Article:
The 2000s revival of '80s synthpop might officially be dead. Nowhere is this more evident than its rejection in modern indie-pop artists. Grimes forgoes it on Art Angels, and now indie-darlings Chairlift have done the same with Moth. And, boy, does it work. In place of chintzy synths and layered electrics are a kooky assortment of instruments, a slight R&B slink and penchant for some ethereal melodies.
Moth is a flirtatious and fun-loving record. The songs bounce and spring-along with hooky arrangements and bassy inclinations. But, like Something, the duo still concerns themselves with endings and destructions. That's most emblematic through the choice of a "moth" as both title and monogram.
In the title track, it's linked to Polachek's inevitable attachment to a dubious man; a theme carried over from the slinky ballad "Crying on the Train." On "Romeo," it's a bit more light-hearted. "Ch-Ching" switches up the romance theme to one concerned with random luck and professional pursuit. The funk-heavy "Show U Off" is another standout, matching "Polymorphing" in its glitchiness and catchiness.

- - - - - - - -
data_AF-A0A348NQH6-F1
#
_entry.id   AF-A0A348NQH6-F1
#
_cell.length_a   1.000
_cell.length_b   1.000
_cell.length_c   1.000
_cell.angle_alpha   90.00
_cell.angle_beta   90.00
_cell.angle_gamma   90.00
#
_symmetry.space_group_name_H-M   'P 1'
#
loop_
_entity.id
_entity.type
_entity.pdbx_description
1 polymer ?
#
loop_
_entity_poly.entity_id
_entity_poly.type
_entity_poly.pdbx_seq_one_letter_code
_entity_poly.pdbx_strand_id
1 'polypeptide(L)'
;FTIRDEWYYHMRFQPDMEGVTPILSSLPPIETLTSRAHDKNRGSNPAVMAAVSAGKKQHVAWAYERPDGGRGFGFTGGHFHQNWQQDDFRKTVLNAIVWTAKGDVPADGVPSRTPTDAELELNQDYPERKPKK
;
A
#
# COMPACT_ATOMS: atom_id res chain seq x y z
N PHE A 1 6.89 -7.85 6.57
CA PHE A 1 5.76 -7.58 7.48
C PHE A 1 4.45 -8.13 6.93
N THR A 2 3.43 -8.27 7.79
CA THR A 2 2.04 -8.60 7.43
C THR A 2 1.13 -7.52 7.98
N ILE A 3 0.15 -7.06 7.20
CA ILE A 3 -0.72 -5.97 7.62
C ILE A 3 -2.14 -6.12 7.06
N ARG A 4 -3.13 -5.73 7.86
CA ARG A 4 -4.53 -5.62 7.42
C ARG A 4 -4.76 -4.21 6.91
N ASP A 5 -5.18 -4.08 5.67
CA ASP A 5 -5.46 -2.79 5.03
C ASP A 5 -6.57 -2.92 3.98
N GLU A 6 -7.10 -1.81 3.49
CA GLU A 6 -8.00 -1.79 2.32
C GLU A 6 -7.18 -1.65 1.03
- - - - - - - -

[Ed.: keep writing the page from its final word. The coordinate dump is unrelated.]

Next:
Moth isn't a monolithic record. It has no pretense. Maybe that's what makes it so enjoyable. It's an unrestrained record, one freed of expectations giving the duo a breadth of territory to explore. They take full advantage of this, implementing horns, strings, synths, bass, programmers and more for a record that's multi-layered, complex, playful and catchy.